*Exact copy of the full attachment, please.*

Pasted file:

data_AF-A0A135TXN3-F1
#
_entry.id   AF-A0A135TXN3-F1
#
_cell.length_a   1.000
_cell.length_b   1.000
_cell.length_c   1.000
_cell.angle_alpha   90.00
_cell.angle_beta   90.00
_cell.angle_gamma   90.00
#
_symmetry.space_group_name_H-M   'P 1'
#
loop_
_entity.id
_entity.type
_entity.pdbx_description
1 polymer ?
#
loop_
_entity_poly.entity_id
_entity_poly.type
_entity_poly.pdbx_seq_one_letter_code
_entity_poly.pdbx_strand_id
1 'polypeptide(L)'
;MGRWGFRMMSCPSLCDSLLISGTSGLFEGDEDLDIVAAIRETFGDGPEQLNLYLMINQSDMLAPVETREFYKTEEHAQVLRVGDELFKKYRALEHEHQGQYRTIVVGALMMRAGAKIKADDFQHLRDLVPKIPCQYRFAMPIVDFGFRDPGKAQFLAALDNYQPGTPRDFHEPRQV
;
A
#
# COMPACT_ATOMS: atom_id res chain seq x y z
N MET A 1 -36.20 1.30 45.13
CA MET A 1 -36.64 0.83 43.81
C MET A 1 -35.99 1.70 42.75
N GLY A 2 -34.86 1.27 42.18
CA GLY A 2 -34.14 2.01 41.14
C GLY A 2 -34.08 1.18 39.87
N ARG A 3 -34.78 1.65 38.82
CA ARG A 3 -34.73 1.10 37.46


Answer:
data_AF-A0A135TXN3-F1
#
_entry.id   AF-A0A135TXN3-F1
#
_cell.length_a   1.000
_cell.length_b   1.000
_cell.length_c   1.000
_cell.angle_alpha   90.00
_cell.angle_beta   90.00
_cell.angle_gamma   90.00
#
_symmetry.space_group_name_H-M   'P 1'
#
loop_
_entity.id
_entity.type
_entity.pdbx_description
1 polymer ?
#
loop_
_entity_poly.entity_id
_entity_poly.type
_entity_poly.pdbx_seq_one_letter_code
_entity_poly.pdbx_strand_id
1 'polypeptide(L)'
;MGRWGFRMMSCPSLCDSLLISGTSGLFEGDEDLDIVAAIRETFGDGPEQLNLYLMINQSDMLAPVETREFYKTEEHAQVLRVGDELFKKYRALEHEHQGQYRTIVVGALMMRAGAKIKADDFQHLRDLVPKIPCQYRFAMPIVDFGFRDPGKAQFLAALDNYQPGTPRDFHEPRQV
;
A
#
# COMPACT_ATOMS: atom_id res chain seq x y z
N MET A 1 -36.20 1.30 45.13
CA MET A 1 -36.64 0.83 43.81
C MET A 1 -35.99 1.70 42.75
N GLY A 2 -34.86 1.27 42.18
CA GLY A 2 -34.14 2.01 41.14
C GLY A 2 -34.08 1.18 39.87
N ARG A 3 -34.78 1.65 38.82
CA ARG A 3 -34.73 1.10 37.46